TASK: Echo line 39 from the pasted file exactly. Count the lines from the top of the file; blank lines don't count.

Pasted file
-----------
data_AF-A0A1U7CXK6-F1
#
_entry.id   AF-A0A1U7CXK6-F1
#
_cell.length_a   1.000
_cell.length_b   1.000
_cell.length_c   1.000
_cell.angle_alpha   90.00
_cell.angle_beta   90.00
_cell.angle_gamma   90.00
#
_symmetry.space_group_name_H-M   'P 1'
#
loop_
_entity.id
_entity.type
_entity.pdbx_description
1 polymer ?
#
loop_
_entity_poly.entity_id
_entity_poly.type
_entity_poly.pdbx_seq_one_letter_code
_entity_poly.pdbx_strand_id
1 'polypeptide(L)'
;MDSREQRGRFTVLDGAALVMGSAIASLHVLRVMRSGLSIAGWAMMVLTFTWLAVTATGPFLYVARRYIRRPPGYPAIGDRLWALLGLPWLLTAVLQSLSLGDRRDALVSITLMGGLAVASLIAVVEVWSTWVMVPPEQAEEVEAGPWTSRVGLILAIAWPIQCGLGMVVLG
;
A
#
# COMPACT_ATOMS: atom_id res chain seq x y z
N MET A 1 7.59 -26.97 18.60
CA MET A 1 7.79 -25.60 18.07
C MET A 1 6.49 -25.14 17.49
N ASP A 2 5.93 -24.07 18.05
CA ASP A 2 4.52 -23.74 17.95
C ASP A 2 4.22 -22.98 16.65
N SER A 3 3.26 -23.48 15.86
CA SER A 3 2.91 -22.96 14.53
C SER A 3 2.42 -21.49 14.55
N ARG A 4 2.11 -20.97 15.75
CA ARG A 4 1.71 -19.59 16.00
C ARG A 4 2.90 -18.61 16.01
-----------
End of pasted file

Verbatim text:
C SER A 3 2.42 -21.49 14.55